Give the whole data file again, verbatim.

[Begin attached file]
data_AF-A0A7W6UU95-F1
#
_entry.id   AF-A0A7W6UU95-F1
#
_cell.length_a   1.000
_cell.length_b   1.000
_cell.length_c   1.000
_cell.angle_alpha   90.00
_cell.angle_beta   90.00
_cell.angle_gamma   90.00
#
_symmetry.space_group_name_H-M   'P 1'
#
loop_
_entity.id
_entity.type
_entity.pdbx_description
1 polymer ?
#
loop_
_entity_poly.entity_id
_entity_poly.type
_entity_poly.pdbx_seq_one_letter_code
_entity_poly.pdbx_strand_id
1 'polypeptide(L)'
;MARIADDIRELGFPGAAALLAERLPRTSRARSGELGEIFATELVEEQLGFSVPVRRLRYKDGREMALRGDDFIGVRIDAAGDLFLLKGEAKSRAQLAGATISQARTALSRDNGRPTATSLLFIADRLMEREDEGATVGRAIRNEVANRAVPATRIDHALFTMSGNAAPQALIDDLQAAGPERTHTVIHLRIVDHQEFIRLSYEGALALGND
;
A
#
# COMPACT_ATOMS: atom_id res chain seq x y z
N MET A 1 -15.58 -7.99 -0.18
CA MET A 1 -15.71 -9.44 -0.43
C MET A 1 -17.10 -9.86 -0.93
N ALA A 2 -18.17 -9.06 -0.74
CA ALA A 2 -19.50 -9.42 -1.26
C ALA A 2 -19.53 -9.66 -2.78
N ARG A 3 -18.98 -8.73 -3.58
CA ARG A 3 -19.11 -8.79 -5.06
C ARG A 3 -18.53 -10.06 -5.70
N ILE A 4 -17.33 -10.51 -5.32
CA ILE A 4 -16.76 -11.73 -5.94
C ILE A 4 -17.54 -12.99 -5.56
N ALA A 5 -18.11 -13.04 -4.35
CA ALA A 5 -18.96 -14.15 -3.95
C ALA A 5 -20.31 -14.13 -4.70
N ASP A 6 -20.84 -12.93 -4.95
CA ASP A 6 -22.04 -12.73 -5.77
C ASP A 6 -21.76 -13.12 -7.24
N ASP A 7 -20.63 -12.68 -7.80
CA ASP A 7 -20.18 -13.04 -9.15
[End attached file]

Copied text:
data_AF-A0A7W6UU95-F1
#
_entry.id   AF-A0A7W6UU95-F1
#
_cell.length_a   1.000
_cell.length_b   1.000
_cell.length_c   1.000
_cell.angle_alpha   90.00
_cell.angle_beta   90.00
_cell.angle_gamma   90.00
#
_symmetry.space_group_name_H-M   'P 1'
#
loop_
_entity.id
_entity.type
_entity.pdbx_description
1 polymer ?
#
loop_
_entity_poly.entity_id
_entity_poly.type
_entity_poly.pdbx_seq_one_letter_code
_entity_poly.pdbx_strand_id
1 'polypeptide(L)'
;MARIADDIRELGFPGAAALLAERLPRTSRARSGELGEIFATELVEEQLGFSVPVRRLRYKDGREMALRGDDFIGVRIDAAGDLFLLKGEAKSRAQLAGATISQARTALSRDNGRPTATSLLFIADRLMEREDEGATVGRAIRNEVANRAVPATRIDHALFTMSGNAAPQALIDDLQAAGPERTHTVIHLRIVDHQEFIRLSYEGALALGND
;
A
#
# COMPACT_ATOMS: atom_id res chain seq x y z
N MET A 1 -15.58 -7.99 -0.18
CA MET A 1 -15.71 -9.44 -0.43
C MET A 1 -17.10 -9.86 -0.93
N ALA A 2 -18.17 -9.06 -0.74
CA ALA A 2 -19.50 -9.42 -1.26
C ALA A 2 -19.53 -9.66 -2.78
N ARG A 3 -18.98 -8.73 -3.58
CA ARG A 3 -19.11 -8.79 -5.06
C ARG A 3 -18.53 -10.06 -5.70
N ILE A 4 -17.33 -10.51 -5.32
CA ILE A 4 -16.76 -11.73 -5.94
C ILE A 4 -17.54 -12.99 -5.56
N ALA A 5 -18.11 -13.04 -4.35
CA ALA A 5 -18.96 -14.15 -3.95
C ALA A 5 -20.31 -14.13 -4.70
N ASP A 6 -20.84 -12.93 -4.95
CA ASP A 6 -22.04 -12.73 -5.77
C ASP A 6 -21.76 -13.12 -7.24
N ASP A 7 -20.63 -12.68 -7.80
CA ASP A 7 -20.18 -13.04 -9.15